Nicole, who travels the world interviewing trendsetters for Outfit Check, is not only an online content creator but also has a brand. Her creation stems from her love of fashion and dressing up. For relatively reserved Hong Kongers, Outfit Check might be considered too quirky, but from Nicole's perspective, it’s about appreciating and admiring individuals with a daring sense of style and, willing to share their fashion in an entertaining manner.

Q1. What does creating mean to you?

Nicole: “To me, creating is about bringing to life some of the ideas and images in my head, and the process helps you discover and explore yourself. Creations from different periods reflect different stages of myself.”

Q2. What kind of creation do you dislike the most?

Nicole: “I dislike creating just for creating’s sake, or purely following trends because others are doing it. I don't like creating anything that deviates from the self.”

Every creative presents an image to the world, often being typecast as a certain type of creative, while the motivation, purpose, or messages behind their creations are overlooked. The world only sees the surface of one’s creative work and defines them, thus limiting creativity.

Q3. As a creative, how would you like to be remembered?

Nicole: “I hope at least some of my works will be remembered by my target audience. For example, my necklaces are made for creative folks, such as DJs who go to parties. I would be happy if they remember my brand or design, or even me. I hope these works can speak to my target audience, and leave a lasting impression on them.”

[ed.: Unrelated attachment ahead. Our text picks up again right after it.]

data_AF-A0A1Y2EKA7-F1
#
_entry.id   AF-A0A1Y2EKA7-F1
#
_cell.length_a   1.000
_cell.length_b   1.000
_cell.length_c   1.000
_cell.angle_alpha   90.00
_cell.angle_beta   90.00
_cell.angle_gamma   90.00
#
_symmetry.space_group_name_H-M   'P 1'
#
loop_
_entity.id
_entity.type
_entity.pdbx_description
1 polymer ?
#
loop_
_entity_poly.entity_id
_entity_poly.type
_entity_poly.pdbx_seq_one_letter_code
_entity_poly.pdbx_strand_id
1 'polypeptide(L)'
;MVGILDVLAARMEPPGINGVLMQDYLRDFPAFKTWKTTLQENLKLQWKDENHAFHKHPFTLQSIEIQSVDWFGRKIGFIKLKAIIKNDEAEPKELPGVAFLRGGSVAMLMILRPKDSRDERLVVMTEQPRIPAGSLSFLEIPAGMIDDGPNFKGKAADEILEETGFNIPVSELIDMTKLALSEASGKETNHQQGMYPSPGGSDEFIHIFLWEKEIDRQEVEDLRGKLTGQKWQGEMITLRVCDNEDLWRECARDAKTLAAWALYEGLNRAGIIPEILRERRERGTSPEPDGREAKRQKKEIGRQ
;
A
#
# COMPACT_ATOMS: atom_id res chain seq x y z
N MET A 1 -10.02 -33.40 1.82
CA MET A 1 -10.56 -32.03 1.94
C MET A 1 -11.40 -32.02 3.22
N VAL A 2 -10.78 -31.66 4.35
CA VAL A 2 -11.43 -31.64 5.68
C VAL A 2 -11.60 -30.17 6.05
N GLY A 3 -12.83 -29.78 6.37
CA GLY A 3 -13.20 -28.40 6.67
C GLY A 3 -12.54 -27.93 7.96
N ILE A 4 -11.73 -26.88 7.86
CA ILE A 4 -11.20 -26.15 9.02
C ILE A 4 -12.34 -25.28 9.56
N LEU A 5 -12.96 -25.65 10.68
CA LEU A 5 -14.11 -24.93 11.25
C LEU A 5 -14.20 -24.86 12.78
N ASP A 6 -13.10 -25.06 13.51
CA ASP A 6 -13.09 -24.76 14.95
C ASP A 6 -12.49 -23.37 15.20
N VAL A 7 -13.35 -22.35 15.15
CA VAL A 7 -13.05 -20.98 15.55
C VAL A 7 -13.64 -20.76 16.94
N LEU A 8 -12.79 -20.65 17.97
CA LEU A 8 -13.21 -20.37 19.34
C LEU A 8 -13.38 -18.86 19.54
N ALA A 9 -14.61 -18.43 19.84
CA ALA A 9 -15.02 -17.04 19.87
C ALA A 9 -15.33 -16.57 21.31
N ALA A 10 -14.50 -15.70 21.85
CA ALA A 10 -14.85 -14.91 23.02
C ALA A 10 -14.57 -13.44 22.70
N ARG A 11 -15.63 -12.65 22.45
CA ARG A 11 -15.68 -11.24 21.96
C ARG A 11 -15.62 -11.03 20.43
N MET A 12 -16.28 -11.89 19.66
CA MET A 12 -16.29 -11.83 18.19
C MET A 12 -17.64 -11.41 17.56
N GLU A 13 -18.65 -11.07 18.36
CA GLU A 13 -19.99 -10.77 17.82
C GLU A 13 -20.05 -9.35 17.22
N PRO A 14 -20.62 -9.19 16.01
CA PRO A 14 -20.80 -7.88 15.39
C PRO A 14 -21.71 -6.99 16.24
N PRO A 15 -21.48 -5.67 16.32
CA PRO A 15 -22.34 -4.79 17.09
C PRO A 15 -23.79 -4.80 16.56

Q4. You are a slasher–a designer and content creator. What do you dislike most about Hong Kong’s creative culture? How do you encourage others to continue their creative journeys?

Nicole: “I think Hong Kong needs to embrace the creative culture more. Sometimes, people are quick to criticise, and this environment can really hinder a creative’s work.

I believe creatives should come together and motivate each other to continue pursuing what they believe in. Even if you receive negative comments, you should still keep going." 

“I want people to appreciate my design and still feel proud of it after owning it for some time. It’s timelessness that I’m after.” - Karmuel Young

Karmuel Young, a native Hong Kong fashion designer, set up his eponymous label in 2014, which is now garnering international attention. Becoming a fashion designer may sound like a dream, but to operate a brand, he says: “You have to love it, really love it, really love it, before you can persist in creating fashion. If you have that kind of passion, act now!”